“The West Virginia Rosie the Riveter Project,” gathers stories of our “Rosies” with the goal of enlightening people today and in the future about their meaning.
West Virginia women were known to be eager and able defense workers throughout America during World War II. But, so far, no one has searched for them, gotten their stories, brought them together or said, “Thanks!”
A unified effort to find these women throughout West Virginia began on March 29th, 2009 with a full-page, color Charleston Gazette ad saying, “Help us find Rosies.” Now, 25 “Rosies” are interviewed on videotape. At least 30 more have given their stories by telephone, 25 wait, and 25 are expected to emerge. Story after story, the women’s human experiences transcend political, geographic and other “man-made” boundaries.
More than 70 West Virginia women who worked “on the home front” throughout America during World War II have contacted TPS (Thanks! Plain and Simple)
in recent months to give their stories. Within a year, TPS expects at least 90 “Rosies” to contribute their stories throughout the state,
which TPS plans to develop into a state-wide collection. To assure that people are attracted to West Virginia Rosies’ work and human experiences,
TPS has videotaped many Rosies” in their diverse settings, with he help of a WV Humanities Council MiniGrant. Part of the project is to produce a documentary.
To help you understand the direction of the film being produced here is part of the "Film Treatment" compiled by the producer, award winning filmmaker BJ Gudmundsson.
Topic = Work on the home front. Mood = Savoring the Moment. Theme = Thank you!
“Rosie, We Say, ‘Thanks!’” will tell what it meant to be a woman “on the home front” doing “men’s jobs” in settings from war factories to the offices of Washington leaders. From the voices of these old women is heard the theme of pride in their contribution. Despite their diversity from rich to poor, from sophisticated to “country,” from healthy to bedfast, a clear commonality is their ability to balance independence with belonging. They often say their work as “Rosies” made them more independent.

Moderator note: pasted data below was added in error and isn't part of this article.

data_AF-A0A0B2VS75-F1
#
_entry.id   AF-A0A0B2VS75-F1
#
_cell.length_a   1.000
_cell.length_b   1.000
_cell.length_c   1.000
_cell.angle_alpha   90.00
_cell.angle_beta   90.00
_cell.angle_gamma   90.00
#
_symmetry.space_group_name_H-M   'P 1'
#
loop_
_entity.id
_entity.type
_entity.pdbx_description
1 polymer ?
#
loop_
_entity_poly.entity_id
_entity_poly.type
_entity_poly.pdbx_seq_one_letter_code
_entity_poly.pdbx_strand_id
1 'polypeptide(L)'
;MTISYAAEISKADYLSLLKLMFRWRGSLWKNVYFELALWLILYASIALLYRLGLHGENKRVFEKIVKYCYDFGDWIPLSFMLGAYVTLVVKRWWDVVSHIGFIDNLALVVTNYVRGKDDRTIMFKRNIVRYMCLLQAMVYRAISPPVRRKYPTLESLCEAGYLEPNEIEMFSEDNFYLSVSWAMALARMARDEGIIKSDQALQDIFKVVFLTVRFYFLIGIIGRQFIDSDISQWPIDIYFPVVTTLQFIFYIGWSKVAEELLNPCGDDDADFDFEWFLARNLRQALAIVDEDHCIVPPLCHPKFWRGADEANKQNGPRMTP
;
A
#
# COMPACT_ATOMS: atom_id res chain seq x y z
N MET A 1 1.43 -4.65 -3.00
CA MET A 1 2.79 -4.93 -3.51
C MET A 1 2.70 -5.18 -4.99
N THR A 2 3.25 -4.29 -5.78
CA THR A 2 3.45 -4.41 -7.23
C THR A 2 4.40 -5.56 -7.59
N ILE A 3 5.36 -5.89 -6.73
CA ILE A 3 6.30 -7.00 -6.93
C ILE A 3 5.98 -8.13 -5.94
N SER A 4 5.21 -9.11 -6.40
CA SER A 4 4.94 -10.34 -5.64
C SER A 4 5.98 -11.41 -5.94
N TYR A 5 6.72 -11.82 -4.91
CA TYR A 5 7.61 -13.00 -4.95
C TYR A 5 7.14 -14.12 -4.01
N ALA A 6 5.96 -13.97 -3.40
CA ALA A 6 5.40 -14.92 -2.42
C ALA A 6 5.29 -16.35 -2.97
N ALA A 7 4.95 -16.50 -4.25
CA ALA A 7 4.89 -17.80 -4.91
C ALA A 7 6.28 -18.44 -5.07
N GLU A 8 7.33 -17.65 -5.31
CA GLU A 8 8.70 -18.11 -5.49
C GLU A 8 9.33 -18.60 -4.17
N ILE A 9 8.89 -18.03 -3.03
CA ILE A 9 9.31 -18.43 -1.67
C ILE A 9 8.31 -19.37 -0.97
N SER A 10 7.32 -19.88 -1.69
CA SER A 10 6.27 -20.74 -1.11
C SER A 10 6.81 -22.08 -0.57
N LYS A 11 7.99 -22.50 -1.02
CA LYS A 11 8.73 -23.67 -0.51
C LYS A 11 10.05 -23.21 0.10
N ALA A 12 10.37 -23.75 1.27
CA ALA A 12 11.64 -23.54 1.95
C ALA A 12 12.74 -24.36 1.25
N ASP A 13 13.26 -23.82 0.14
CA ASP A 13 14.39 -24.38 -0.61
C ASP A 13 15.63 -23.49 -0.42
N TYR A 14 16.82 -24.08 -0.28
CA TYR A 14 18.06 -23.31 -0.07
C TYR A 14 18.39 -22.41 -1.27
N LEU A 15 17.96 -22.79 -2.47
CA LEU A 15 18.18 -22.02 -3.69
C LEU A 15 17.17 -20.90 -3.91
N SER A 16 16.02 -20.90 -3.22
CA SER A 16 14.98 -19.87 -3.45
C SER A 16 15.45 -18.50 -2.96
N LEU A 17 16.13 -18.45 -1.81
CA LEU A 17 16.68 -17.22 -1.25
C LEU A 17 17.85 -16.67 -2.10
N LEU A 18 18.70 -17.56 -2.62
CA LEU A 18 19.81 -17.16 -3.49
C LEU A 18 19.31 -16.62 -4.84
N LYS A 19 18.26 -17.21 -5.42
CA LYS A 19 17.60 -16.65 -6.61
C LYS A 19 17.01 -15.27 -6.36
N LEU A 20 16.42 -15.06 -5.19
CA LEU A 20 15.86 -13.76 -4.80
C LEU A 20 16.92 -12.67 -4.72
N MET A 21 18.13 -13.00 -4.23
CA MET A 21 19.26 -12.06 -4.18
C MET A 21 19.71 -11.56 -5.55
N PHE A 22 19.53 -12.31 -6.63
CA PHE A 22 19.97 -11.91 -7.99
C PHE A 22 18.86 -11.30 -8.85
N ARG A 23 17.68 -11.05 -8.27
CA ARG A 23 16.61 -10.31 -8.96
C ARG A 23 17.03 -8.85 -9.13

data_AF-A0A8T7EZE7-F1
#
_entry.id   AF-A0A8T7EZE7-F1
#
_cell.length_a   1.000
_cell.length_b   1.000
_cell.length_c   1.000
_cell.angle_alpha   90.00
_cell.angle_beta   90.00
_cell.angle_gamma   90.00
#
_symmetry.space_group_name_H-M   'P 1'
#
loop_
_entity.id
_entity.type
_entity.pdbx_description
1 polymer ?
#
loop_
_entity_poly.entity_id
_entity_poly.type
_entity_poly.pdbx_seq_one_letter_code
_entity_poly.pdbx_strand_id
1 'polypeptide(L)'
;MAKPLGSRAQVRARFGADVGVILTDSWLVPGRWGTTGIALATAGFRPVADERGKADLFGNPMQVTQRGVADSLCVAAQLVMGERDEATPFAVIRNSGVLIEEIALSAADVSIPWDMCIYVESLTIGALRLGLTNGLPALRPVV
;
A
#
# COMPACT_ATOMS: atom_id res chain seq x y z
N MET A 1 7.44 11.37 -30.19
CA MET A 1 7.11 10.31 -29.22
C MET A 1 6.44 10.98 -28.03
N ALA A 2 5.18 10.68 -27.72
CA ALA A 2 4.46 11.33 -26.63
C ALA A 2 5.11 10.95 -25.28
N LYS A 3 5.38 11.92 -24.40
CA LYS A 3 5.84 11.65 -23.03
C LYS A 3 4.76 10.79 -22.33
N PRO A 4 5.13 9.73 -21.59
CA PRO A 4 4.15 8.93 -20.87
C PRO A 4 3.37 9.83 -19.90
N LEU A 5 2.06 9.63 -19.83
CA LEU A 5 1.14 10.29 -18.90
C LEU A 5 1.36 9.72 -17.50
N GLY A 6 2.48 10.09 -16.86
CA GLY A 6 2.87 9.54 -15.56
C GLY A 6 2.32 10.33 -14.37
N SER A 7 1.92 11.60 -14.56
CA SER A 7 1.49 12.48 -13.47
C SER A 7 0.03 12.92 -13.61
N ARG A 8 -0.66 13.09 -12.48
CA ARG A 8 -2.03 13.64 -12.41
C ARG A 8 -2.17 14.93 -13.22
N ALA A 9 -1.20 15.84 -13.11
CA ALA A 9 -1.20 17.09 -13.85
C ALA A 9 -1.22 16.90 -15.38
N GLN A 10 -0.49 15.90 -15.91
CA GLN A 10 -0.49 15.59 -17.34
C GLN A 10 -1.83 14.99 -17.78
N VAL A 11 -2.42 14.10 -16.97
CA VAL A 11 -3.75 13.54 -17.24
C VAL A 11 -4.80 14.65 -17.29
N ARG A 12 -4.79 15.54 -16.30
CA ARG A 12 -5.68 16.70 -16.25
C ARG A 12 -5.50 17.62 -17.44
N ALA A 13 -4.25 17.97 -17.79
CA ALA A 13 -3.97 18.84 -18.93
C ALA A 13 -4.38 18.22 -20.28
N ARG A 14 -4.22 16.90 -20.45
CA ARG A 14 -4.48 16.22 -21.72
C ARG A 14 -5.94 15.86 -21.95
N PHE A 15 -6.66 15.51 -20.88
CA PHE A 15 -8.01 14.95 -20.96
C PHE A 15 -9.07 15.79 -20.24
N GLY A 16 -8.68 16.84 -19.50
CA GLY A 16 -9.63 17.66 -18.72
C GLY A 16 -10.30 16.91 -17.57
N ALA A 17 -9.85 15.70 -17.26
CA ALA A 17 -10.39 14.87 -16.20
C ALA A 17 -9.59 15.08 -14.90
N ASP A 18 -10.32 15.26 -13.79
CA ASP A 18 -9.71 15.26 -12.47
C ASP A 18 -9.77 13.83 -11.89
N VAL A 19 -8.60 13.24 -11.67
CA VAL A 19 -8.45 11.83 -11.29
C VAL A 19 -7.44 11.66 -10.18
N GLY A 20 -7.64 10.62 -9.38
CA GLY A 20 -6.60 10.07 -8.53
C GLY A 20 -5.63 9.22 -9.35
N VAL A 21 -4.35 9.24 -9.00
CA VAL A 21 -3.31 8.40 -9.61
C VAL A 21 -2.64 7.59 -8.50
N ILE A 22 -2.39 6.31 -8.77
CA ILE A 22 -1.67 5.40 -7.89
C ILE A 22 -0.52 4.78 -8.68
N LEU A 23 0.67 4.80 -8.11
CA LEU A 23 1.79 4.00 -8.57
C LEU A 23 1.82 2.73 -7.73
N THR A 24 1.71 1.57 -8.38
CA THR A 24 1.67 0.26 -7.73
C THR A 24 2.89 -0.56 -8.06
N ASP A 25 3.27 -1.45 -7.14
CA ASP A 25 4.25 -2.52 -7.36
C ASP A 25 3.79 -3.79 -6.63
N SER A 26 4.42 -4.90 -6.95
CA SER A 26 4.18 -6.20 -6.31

The old women’s’ voices are not alone; the film mingles the women’s stories with the voices of all ages and types of West Virginians who learn from these women, including veterans. Adults and children sing a song that says, “Thanks!” Always, the film returns to stories that combine the human side of the “Rosies” with historic accounts they have seldom been asked to discuss.
Patterns are clear. The film captures the women’s views of the role of women, the value of work, the pain of loss, worry about the future, changes they have seen in society, their commitment to family and what their “home front” jobs mean to them, even today. History is told as a flow of work to deal with human struggles, joys and the search for safety and meaning. Implied is their personal work to be the right kind of person in a place they feel fits them. “Belonging is an anchor in the next generation.”
A Sample Scene: Visuals flow - old women in easy chairs, old women putting work shoes on a “Rosie” manikin, old women smiling with no teeth, old women who look like movie stars, old women having fun together, old women crying, old women with old photos and articles, old women walking, old women hugging a young Iraq War veteran. As this sequence appears, background music fades in, “Allow us to tell you, it’s plain, it’s simple. We just want to say, ‘Thanks.’ From our mountaineer spirit, we want you to hear it, we just want to say, ‘Thanks!’. Now, you’ve got a brave heart, served with a good start, and you got a West Virginia smile ‘. . ..”
Photos of the women during World War II and of factories help keep a flow from past to future. “Rosies” who will have died by the end of production will be recognized near the end.
We are building this page. Please come back soon for more information on the Rosies, the Team and our progress..
Also, please consider helping us complete this project. Click here to read about the many ways you can help.
The Team: Project members have been carefully selected. |
They understand the human condition, appreciate Appalachian culture and are committed to showing respect to these older “Rosies.” One team member says, “They are so easy to love.” Another says, “They give me energy.”
The team aims for “Rosies” to be heard in ways that are meaningful to the “Rosies.”
Everyone hopes that many “Rosies” will see this film before they die.
The documentary’s title addresses one Rosie, to express that each woman is a memorable case-study.
Pauline Brumfield and Iraq War veteran, John Haulotte, discuss music at her Wirt Count porch.